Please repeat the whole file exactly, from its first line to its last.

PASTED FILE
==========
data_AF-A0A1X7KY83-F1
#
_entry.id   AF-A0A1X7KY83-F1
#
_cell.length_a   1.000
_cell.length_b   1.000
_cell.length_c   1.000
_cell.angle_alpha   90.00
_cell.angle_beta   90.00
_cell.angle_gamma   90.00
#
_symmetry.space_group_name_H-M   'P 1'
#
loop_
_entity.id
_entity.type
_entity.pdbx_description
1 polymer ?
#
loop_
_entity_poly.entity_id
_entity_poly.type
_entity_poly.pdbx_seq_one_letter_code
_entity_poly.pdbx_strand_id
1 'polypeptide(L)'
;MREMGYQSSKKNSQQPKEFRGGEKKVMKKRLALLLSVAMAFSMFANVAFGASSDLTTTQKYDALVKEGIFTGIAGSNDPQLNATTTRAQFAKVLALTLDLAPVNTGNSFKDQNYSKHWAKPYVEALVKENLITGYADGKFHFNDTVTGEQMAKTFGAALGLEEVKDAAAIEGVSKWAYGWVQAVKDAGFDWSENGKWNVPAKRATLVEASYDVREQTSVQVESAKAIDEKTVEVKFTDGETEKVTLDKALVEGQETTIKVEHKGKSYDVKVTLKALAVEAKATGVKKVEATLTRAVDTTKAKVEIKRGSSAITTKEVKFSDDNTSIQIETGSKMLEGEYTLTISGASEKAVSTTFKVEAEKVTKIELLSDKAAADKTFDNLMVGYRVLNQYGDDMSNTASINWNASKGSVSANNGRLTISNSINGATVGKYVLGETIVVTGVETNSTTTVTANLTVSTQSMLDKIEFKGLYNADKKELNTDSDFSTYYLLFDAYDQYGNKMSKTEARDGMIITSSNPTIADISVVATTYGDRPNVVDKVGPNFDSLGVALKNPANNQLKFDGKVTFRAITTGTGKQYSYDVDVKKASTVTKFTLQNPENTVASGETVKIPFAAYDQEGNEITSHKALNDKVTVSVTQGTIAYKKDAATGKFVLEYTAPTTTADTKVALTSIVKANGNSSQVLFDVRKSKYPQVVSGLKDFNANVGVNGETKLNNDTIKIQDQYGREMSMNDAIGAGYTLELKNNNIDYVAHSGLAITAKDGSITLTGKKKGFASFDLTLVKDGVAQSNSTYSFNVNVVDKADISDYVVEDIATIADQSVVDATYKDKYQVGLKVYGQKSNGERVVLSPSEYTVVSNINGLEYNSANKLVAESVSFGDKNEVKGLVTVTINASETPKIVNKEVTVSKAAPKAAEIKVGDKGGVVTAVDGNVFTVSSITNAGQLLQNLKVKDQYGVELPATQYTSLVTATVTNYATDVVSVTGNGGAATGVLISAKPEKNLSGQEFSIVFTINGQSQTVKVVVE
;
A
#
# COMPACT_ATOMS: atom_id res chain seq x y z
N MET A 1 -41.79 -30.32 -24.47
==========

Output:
data_AF-A0A1X7KY83-F1
#
_entry.id   AF-A0A1X7KY83-F1
#
_cell.length_a   1.000
_cell.length_b   1.000
_cell.length_c   1.000
_cell.angle_alpha   90.00
_cell.angle_beta   90.00
_cell.angle_gamma   90.00
#
_symmetry.space_group_name_H-M   'P 1'
#
loop_
_entity.id
_entity.type
_entity.pdbx_description
1 polymer ?
#
loop_
_entity_poly.entity_id
_entity_poly.type
_entity_poly.pdbx_seq_one_letter_code
_entity_poly.pdbx_strand_id
1 'polypeptide(L)'
;MREMGYQSSKKNSQQPKEFRGGEKKVMKKRLALLLSVAMAFSMFANVAFGASSDLTTTQKYDALVKEGIFTGIAGSNDPQLNATTTRAQFAKVLALTLDLAPVNTGNSFKDQNYSKHWAKPYVEALVKENLITGYADGKFHFNDTVTGEQMAKTFGAALGLEEVKDAAAIEGVSKWAYGWVQAVKDAGFDWSENGKWNVPAKRATLVEASYDVREQTSVQVESAKAIDEKTVEVKFTDGETEKVTLDKALVEGQETTIKVEHKGKSYDVKVTLKALAVEAKATGVKKVEATLTRAVDTTKAKVEIKRGSSAITTKEVKFSDDNTSIQIETGSKMLEGEYTLTISGASEKAVSTTFKVEAEKVTKIELLSDKAAADKTFDNLMVGYRVLNQYGDDMSNTASINWNASKGSVSANNGRLTISNSINGATVGKYVLGETIVVTGVETNSTTTVTANLTVSTQSMLDKIEFKGLYNADKKELNTDSDFSTYYLLFDAYDQYGNKMSKTEARDGMIITSSNPTIADISVVATTYGDRPNVVDKVGPNFDSLGVALKNPANNQLKFDGKVTFRAITTGTGKQYSYDVDVKKASTVTKFTLQNPENTVASGETVKIPFAAYDQEGNEITSHKALNDKVTVSVTQGTIAYKKDAATGKFVLEYTAPTTTADTKVALTSIVKANGNSSQVLFDVRKSKYPQVVSGLKDFNANVGVNGETKLNNDTIKIQDQYGREMSMNDAIGAGYTLELKNNNIDYVAHSGLAITAKDGSITLTGKKKGFASFDLTLVKDGVAQSNSTYSFNVNVVDKADISDYVVEDIATIADQSVVDATYKDKYQVGLKVYGQKSNGERVVLSPSEYTVVSNINGLEYNSANKLVAESVSFGDKNEVKGLVTVTINASETPKIVNKEVTVSKAAPKAAEIKVGDKGGVVTAVDGNVFTVSSITNAGQLLQNLKVKDQYGVELPATQYTSLVTATVTNYATDVVSVTGNGGAATGVLISAKPEKNLSGQEFSIVFTINGQSQTVKVVVE
;
A
#
# COMPACT_ATOMS: atom_id res chain seq x y z
N MET A 1 -41.79 -30.32 -24.47